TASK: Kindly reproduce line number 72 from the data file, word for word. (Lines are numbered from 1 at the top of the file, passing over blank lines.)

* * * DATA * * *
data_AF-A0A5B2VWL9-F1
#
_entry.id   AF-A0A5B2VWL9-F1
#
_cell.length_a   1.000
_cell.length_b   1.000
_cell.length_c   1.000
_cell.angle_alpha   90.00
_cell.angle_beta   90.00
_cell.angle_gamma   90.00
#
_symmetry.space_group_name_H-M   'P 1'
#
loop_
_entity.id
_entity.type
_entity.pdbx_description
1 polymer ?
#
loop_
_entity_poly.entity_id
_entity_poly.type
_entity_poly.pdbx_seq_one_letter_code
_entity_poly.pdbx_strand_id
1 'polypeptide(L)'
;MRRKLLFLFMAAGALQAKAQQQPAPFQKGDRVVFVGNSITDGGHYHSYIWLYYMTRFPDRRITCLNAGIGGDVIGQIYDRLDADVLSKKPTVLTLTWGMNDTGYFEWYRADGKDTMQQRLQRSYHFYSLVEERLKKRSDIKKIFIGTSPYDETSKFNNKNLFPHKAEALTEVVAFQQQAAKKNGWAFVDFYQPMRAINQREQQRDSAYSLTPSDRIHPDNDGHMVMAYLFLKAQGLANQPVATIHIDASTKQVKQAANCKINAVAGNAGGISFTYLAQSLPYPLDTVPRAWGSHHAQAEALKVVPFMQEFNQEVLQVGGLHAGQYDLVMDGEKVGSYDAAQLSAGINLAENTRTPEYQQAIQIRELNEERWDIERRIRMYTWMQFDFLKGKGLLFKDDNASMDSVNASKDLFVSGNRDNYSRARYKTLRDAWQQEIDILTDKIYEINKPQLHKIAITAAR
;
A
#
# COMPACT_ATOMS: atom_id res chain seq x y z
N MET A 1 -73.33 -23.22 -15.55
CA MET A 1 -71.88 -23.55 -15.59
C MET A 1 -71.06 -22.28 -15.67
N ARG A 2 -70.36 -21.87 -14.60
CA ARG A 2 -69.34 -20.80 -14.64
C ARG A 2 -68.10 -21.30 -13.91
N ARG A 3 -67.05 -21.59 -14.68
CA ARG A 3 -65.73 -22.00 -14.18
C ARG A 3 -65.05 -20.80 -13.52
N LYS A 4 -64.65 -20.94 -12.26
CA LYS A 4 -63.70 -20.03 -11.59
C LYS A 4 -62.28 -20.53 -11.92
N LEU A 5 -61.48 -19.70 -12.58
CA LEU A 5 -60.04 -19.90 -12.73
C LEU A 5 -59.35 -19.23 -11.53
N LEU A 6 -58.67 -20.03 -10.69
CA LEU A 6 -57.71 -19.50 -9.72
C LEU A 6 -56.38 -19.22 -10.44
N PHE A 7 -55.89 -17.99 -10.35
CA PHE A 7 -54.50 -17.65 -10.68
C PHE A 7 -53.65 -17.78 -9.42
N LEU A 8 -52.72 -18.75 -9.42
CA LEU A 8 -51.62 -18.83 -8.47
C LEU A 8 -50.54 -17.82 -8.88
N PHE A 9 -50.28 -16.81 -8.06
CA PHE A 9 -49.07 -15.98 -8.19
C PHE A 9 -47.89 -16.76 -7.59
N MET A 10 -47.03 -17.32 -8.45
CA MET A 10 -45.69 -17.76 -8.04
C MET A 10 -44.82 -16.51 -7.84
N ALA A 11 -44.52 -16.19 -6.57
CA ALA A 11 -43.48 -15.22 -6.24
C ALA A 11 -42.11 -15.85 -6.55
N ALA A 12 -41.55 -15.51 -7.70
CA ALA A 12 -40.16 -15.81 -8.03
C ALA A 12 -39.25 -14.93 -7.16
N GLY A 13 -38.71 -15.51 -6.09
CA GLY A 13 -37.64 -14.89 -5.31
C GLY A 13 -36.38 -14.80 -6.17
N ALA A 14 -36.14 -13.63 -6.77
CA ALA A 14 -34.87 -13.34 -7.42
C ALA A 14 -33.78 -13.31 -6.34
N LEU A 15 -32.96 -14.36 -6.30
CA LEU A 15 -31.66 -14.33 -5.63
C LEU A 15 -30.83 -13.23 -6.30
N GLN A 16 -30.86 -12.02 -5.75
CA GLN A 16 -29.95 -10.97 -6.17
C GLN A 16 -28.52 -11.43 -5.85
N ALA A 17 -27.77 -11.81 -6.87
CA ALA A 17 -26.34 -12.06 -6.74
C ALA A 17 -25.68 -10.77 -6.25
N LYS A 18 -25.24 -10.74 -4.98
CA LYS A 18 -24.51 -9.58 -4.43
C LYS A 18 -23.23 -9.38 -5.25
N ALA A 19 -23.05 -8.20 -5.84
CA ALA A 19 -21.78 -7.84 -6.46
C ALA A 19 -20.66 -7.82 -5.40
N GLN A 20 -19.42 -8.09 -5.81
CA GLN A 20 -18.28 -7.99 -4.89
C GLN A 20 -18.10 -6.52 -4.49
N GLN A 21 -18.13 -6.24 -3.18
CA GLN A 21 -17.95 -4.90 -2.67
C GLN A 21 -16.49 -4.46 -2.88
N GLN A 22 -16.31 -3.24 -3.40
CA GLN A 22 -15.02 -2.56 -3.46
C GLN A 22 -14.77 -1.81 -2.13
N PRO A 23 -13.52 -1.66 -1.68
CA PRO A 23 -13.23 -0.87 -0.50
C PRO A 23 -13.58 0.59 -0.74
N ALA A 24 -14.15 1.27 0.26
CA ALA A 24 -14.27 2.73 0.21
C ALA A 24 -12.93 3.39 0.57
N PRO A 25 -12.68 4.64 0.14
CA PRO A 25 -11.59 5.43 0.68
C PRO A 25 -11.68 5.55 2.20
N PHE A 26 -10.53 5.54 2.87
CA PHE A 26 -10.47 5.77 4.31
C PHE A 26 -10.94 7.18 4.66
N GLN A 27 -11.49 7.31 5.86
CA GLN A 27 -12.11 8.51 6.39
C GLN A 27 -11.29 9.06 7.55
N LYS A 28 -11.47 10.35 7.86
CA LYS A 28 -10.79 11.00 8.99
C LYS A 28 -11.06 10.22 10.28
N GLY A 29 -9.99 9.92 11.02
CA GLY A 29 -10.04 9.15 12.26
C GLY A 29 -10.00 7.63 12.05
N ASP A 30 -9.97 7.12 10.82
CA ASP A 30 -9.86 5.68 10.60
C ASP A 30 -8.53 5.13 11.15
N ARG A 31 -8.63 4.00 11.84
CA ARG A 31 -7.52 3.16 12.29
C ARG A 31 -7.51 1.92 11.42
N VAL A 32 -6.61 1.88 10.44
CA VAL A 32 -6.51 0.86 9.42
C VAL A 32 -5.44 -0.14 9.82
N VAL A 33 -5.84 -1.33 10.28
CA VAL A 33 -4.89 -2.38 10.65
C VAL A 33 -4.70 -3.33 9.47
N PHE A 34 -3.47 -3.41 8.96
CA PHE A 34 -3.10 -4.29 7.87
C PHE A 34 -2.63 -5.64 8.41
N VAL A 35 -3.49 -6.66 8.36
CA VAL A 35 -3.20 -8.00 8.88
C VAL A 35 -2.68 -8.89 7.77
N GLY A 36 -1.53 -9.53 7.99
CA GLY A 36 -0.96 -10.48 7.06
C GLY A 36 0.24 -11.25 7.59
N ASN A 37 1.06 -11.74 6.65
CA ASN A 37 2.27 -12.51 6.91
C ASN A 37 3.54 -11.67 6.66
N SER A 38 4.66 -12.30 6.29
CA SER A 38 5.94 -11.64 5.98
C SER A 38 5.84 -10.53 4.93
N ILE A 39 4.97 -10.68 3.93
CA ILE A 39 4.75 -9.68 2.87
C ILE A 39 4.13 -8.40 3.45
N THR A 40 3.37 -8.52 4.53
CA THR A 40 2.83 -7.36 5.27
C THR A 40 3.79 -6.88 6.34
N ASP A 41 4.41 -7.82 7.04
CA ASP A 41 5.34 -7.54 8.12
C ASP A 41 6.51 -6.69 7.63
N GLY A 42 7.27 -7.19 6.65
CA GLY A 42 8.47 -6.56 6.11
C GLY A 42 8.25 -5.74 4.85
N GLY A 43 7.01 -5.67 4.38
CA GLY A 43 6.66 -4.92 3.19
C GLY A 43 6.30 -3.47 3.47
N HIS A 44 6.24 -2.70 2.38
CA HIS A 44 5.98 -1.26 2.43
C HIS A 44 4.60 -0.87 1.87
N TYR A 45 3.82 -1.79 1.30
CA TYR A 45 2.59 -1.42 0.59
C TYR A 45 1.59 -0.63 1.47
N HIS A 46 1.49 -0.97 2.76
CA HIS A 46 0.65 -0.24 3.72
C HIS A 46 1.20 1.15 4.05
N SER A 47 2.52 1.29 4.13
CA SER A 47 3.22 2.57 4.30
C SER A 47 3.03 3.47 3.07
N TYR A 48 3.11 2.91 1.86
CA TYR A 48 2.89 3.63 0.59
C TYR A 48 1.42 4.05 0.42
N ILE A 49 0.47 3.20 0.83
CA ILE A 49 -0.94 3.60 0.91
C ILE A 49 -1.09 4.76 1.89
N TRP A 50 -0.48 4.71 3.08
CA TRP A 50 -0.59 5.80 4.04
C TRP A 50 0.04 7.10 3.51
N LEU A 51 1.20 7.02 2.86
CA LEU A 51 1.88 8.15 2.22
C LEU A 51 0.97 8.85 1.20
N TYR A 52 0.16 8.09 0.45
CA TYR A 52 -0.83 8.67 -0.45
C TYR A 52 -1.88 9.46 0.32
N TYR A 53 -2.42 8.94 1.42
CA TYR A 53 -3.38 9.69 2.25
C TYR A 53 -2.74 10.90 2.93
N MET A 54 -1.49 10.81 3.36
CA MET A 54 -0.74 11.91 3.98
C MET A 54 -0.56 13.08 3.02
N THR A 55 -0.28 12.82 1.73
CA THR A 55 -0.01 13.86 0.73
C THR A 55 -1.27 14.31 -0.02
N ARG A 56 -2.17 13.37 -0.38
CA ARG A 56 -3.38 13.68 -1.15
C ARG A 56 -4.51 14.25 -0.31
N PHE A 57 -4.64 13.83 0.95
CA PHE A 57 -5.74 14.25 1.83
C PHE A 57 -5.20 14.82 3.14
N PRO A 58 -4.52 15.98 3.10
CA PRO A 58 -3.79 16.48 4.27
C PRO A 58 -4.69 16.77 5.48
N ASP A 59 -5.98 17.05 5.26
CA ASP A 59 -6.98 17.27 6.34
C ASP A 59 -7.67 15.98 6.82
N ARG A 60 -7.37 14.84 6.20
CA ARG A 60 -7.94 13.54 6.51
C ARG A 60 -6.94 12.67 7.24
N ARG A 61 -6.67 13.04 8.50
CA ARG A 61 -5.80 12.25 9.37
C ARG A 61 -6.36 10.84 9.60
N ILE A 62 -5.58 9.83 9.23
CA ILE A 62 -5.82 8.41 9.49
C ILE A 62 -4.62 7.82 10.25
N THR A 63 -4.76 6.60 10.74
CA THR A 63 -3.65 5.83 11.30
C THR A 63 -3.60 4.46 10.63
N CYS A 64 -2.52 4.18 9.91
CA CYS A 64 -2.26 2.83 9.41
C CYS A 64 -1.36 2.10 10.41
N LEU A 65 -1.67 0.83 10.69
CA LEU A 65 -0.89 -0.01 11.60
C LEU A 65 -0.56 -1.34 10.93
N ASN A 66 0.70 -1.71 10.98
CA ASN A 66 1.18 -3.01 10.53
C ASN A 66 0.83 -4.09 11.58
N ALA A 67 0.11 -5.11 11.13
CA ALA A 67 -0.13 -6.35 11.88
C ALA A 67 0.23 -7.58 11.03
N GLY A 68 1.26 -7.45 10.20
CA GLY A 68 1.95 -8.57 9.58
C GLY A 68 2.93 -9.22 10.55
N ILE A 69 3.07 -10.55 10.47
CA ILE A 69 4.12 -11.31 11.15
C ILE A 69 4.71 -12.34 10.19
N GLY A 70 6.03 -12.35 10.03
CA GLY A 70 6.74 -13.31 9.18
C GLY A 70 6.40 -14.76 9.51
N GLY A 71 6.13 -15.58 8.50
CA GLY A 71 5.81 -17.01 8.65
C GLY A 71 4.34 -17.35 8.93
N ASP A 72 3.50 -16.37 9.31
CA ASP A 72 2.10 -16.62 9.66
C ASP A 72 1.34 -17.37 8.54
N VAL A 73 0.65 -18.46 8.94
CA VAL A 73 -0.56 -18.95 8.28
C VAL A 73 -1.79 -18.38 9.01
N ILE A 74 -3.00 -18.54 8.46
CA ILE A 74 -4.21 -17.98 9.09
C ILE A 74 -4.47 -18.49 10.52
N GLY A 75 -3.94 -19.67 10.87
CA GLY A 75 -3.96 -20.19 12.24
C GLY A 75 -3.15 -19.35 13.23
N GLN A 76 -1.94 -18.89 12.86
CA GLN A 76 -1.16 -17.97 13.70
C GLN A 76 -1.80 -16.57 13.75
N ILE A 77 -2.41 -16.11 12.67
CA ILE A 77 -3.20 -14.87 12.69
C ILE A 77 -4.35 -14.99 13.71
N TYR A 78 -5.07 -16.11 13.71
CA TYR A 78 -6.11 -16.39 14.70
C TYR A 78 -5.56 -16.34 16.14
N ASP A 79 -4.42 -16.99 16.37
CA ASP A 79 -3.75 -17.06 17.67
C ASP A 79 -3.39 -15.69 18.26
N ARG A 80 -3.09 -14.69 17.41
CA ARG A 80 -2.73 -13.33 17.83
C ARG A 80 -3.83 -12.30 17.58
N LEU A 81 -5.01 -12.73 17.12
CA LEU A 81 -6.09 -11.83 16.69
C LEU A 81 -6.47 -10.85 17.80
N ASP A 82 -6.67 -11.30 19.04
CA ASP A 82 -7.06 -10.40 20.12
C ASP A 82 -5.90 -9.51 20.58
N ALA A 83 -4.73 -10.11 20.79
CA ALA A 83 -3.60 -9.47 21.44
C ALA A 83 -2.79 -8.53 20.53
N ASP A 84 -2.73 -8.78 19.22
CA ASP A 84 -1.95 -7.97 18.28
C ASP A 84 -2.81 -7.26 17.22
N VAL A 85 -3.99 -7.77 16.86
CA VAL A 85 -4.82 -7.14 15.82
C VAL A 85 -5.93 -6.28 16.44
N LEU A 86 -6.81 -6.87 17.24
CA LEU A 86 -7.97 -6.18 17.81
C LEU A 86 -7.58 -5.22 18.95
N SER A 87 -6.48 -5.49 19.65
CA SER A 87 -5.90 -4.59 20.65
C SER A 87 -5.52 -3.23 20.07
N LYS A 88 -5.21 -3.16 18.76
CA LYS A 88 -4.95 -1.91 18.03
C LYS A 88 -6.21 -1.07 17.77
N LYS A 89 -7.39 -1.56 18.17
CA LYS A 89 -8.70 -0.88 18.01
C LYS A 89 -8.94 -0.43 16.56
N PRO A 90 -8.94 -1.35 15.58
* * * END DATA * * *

C ALA A 14 -33.78 -13.31 -6.34